ITCHY RICHARD

Second-graders meet an infestation of lice head-on: someone in Mrs. Zookey's class has them, and the nurse must check each student's scalp to see if they've spread. With the banning of pesticides, head lice have been enjoying a resurgence that afflicts affluent and impoverished alike. Gilson's light touch enables readers to laugh at what might otherwise be embarrassing- -as well as to learn a lot about lice and enjoying the relaxed, mutually supportive atmosphere of a classroom where even the teacher might harbor the pesky intruders. (Fiction. 6-9)

Pub Date: Oct. 28, 1991

ISBN: 0-395-59282-8

Page Count: 56

Publisher: Clarion Books

Review Posted Online: May 20, 2010

Kirkus Reviews Issue: Oct. 15, 1991

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ELIZABETI'S DOLL

Charmed by her new baby brother, Elizabeti decides that she wants a baby of her own; she picks up a smooth rock, names it Eva and washes, feeds, and changes her, and carries her about in her cloth kanga. Hale dresses Elizabeti and her family in modern, brightly patterned clothing that practically glows against the earth-toned, sketchily defined Tanzanian village in which this is set. Although Eva appears a bit too large for Elizabeti to handle as easily as she does, the illustrations reflect the story’s simplicity; accompanied by an attentive hen, Elizabeti follows her indulgent mother about, mimicking each nurturing activity. The object of Elizabeti’s affection may be peculiar, but the love itself is real. Later, she rescues Eva from the fire pit, tenderly cleans her, then cradles the stone until she—Elizabeti—falls asleep. Stuve-Bodeen’s debut is quirky but believable, lightly dusted with cultural detail, and features universal emotions in an unusual setting. (Picture book. 6-8)

Pub Date: Sept. 1, 1998

ISBN: 1-880000-70-9

Page Count: 32

Publisher: Lee & Low Books

Review Posted Online: May 20, 2010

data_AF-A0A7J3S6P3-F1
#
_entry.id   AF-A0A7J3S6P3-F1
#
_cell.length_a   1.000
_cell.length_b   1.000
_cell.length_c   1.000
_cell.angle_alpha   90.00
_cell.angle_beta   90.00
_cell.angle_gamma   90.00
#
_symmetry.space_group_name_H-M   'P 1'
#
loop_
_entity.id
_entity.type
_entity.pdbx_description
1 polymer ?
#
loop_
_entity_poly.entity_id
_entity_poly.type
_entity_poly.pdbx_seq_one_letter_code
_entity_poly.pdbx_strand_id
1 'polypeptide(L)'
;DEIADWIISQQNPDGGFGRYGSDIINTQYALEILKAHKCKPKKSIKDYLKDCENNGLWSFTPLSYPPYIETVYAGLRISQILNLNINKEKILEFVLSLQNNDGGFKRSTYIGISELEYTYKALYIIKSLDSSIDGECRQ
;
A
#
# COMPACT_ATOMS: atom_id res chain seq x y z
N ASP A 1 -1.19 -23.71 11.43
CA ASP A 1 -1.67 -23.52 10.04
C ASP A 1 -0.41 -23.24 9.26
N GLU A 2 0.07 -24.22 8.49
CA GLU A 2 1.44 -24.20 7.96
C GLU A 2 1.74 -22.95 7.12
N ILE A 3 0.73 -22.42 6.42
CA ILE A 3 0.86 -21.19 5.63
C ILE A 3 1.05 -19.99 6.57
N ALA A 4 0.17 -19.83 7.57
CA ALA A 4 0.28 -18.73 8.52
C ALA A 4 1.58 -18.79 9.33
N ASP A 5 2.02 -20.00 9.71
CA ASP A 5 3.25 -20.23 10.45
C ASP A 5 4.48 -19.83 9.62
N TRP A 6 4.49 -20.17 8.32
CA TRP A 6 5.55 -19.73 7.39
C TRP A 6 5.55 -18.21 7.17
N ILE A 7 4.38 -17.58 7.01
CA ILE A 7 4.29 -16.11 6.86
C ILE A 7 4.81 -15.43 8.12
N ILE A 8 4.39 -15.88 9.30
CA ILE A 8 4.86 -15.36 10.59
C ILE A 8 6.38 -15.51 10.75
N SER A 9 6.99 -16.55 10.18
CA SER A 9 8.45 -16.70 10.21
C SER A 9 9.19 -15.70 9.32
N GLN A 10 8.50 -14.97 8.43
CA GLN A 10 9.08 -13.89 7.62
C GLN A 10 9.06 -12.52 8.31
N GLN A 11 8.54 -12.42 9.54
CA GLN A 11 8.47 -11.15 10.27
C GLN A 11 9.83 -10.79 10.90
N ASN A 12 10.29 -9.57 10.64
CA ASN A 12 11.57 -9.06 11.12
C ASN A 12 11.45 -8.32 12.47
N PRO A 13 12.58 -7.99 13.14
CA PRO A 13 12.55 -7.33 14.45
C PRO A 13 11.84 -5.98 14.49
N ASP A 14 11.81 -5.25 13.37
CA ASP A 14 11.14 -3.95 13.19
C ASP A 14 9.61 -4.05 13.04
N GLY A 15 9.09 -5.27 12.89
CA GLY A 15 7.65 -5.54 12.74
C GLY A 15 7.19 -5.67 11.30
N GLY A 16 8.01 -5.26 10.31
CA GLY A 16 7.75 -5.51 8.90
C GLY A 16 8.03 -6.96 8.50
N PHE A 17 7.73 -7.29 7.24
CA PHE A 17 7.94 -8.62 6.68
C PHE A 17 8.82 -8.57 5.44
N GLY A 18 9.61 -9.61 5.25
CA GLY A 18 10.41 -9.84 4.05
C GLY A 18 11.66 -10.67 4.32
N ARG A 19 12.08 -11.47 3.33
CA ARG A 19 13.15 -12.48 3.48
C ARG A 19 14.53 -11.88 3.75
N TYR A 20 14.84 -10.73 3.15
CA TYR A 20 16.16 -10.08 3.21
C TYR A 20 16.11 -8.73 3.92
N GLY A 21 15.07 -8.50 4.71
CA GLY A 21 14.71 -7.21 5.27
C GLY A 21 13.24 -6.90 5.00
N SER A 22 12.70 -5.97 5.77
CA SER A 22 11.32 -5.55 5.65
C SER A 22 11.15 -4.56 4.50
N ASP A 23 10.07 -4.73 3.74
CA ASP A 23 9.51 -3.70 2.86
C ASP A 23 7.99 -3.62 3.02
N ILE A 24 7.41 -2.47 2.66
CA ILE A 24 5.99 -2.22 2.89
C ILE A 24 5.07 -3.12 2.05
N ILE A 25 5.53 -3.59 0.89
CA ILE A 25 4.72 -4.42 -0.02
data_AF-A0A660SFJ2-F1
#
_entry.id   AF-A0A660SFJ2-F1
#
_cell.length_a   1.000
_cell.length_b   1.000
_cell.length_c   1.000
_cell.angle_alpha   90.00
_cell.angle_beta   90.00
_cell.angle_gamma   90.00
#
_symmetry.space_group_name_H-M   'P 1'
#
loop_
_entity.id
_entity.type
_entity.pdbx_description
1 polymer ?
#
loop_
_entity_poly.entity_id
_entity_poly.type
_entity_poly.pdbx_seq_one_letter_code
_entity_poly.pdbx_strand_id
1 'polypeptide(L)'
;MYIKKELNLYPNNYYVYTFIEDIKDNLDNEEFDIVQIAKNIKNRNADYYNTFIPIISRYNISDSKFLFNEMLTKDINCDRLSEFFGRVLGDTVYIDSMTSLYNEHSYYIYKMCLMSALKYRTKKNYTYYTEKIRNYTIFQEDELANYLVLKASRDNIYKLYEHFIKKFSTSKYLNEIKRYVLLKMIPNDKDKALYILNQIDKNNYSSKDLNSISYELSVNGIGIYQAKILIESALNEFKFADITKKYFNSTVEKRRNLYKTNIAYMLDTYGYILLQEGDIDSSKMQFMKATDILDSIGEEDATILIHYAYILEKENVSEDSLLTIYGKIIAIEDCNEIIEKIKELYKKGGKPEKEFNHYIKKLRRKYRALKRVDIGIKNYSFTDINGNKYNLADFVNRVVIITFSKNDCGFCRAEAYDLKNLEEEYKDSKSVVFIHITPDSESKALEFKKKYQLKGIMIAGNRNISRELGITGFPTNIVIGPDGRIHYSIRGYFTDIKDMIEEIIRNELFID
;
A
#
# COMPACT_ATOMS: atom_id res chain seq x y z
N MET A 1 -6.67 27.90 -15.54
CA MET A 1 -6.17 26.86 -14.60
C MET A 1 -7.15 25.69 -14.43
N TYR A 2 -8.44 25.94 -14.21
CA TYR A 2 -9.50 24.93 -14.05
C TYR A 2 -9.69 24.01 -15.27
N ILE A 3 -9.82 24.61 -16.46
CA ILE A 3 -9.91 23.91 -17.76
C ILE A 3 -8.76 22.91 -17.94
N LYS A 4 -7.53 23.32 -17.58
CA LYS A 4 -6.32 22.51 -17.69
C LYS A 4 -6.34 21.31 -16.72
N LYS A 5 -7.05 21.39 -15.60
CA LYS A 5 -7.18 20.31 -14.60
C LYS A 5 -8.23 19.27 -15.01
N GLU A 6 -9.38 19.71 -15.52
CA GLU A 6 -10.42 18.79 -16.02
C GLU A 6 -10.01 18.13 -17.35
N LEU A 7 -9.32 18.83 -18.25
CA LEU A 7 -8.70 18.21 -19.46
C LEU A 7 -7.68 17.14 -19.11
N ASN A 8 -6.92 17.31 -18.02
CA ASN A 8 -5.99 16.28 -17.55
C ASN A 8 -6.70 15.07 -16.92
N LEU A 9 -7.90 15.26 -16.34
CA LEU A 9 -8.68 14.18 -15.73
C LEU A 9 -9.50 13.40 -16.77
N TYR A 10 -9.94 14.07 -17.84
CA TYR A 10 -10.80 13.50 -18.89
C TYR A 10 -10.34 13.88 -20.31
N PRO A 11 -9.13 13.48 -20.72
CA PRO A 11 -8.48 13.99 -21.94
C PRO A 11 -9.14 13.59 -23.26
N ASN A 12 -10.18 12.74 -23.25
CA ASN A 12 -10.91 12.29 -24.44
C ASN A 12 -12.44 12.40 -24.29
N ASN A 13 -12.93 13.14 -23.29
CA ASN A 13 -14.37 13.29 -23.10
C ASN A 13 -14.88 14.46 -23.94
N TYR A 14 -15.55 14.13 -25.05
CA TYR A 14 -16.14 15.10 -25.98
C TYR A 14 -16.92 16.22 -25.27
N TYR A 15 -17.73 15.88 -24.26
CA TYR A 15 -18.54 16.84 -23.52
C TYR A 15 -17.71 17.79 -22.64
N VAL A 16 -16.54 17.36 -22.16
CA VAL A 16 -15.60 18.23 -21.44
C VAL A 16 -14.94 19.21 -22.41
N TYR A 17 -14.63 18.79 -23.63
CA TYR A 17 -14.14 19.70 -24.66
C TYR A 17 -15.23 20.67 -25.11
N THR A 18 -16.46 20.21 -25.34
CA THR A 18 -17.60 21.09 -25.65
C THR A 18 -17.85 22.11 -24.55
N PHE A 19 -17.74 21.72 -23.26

Kirkus Reviews Issue: Aug. 15, 1998

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RIVER STORY

Trickling, bubbling, swirling, rushing, a river flows down from its mountain beginnings, past peaceful country and bustling city on its way to the sea. Hooper (The Drop in My Drink, 1998, etc.) artfully evokes the water’s changing character as it transforms from “milky-cold / rattling-bold” to a wide, slow “sliding past mudflats / looping through marshes” to the end of its journey. Willey, best known for illustrating Geraldine McCaughrean’s spectacular folk-tale collections, contributes finely detailed scenes crafted in shimmering, intricate blues and greens, capturing mountain’s chill, the bucolic serenity of passing pastures, and a sense of mystery in the water’s shadowy depths. Though Hooper refers to “the cans and cartons / and bits of old wood” being swept along, there’s no direct conservation agenda here (for that, see Debby Atwell’s River, 1999), just appreciation for the river’s beauty and being. (Picture book/nonfiction. 7-9)

Pub Date: June 1, 2000

ISBN: 0-7636-0792-4

Page Count: 32

Publisher: Candlewick

Review Posted Online: May 20, 2010

Kirkus Reviews Issue: June 1, 2000

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